Shaking the Ground
October 17, 2014
Researchers from the University of Texas at Austin’s Institute for Geophysics (UTIG) correlated a series of small earthquakes near Snyder, Texas, between 2006 and 2011 with the underground injection of large volumes of gas, primarily carbon dioxide (CO2)—a finding that is relevant to the process of capturing and storing CO2 underground.
Although the study suggests that underground injection of gas triggered the Snyder earthquakes, it also points out that similar rates of injections have not triggered comparable quakes in other fields, bolstering the idea that underground gas injection does not cause significant seismic events in many geologic settings.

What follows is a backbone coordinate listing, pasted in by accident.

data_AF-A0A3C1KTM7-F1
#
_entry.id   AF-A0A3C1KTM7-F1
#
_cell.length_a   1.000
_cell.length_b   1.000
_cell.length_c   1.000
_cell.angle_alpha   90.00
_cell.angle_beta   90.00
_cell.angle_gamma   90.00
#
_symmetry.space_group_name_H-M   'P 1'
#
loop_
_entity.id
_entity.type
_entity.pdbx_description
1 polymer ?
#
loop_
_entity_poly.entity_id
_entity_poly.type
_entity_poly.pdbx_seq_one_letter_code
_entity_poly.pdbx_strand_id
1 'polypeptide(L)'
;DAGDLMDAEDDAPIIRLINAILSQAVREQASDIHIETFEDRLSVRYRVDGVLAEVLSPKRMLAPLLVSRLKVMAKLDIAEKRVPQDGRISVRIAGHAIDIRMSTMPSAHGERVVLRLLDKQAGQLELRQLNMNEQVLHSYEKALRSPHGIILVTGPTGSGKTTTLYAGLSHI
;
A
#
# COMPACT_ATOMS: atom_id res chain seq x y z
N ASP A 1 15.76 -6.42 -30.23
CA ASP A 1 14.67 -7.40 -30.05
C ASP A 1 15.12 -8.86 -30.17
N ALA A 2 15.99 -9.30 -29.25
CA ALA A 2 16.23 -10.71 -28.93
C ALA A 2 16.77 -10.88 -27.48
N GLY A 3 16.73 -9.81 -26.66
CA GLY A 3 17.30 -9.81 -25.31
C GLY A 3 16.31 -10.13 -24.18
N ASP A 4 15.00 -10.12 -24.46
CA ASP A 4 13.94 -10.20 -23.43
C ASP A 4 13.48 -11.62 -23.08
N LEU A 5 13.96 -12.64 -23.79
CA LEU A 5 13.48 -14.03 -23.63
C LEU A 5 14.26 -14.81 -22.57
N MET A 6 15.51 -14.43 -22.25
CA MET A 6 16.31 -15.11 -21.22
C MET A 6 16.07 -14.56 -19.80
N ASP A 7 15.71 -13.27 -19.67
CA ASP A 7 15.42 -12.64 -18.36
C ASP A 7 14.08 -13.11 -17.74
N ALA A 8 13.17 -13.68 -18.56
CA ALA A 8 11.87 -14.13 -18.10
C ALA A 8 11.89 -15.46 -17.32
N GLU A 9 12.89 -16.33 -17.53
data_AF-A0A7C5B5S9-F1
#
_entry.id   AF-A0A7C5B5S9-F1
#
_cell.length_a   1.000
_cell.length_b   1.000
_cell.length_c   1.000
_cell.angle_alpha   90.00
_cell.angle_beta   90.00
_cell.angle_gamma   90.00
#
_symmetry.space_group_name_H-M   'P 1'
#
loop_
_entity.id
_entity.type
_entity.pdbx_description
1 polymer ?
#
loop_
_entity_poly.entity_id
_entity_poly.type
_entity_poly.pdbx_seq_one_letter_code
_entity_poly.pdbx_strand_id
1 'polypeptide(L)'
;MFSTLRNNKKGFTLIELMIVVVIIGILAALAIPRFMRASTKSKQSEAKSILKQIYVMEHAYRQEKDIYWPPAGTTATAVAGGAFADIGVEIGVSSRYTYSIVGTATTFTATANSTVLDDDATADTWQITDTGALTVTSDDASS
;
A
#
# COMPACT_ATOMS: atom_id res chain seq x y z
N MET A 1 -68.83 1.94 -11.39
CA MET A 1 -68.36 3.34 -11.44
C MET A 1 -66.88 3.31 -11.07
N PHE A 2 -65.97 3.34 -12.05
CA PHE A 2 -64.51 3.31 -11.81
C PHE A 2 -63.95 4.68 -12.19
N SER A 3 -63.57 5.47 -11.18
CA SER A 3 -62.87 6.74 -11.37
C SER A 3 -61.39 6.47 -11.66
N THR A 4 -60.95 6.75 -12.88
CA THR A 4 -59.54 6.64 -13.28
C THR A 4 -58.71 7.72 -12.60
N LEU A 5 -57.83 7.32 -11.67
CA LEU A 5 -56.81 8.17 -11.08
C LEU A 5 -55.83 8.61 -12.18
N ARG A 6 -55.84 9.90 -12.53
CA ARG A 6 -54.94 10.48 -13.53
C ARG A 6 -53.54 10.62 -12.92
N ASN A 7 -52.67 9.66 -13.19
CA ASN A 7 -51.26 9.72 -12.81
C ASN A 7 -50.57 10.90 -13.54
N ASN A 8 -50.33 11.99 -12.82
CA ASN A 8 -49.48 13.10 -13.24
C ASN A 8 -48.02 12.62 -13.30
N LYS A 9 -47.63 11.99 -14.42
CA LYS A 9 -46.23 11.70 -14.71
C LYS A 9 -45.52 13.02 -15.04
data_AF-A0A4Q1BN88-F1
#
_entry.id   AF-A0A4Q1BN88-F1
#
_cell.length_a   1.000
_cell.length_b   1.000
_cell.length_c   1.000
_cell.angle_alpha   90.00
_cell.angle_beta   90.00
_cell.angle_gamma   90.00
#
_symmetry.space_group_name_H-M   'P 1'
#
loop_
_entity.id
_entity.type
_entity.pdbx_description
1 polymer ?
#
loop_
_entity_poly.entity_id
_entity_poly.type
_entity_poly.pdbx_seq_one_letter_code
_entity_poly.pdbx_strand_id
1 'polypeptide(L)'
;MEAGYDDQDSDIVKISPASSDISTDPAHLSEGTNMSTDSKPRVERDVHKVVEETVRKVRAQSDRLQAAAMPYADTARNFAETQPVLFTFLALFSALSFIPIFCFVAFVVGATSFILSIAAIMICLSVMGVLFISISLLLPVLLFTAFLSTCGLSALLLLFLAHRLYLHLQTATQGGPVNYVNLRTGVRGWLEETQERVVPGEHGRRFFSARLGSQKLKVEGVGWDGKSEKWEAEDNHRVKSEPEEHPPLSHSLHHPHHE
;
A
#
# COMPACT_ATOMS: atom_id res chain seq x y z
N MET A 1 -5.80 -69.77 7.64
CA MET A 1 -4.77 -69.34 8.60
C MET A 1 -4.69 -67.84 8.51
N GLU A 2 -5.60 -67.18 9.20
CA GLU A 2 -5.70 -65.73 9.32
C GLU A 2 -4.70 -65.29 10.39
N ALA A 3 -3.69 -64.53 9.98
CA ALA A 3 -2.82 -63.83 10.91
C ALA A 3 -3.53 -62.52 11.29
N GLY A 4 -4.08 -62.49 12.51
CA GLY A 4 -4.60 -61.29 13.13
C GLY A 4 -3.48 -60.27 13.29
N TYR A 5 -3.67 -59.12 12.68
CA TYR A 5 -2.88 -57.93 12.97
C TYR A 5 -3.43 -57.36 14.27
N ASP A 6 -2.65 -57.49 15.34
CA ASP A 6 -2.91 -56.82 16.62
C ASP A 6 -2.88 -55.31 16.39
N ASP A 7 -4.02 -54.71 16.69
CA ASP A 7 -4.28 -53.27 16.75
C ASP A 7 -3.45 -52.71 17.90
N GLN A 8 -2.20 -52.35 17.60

No injuries or severe damage were reported from the quakes identified in the study.
The study represents the first time underground gas injection has been correlated with earthquakes greater than magnitude 3.
The results, from UTIG’s Wei Gan and Cliff Frohlich, appeared in the journal Proceedings of the National Academy of Sciences.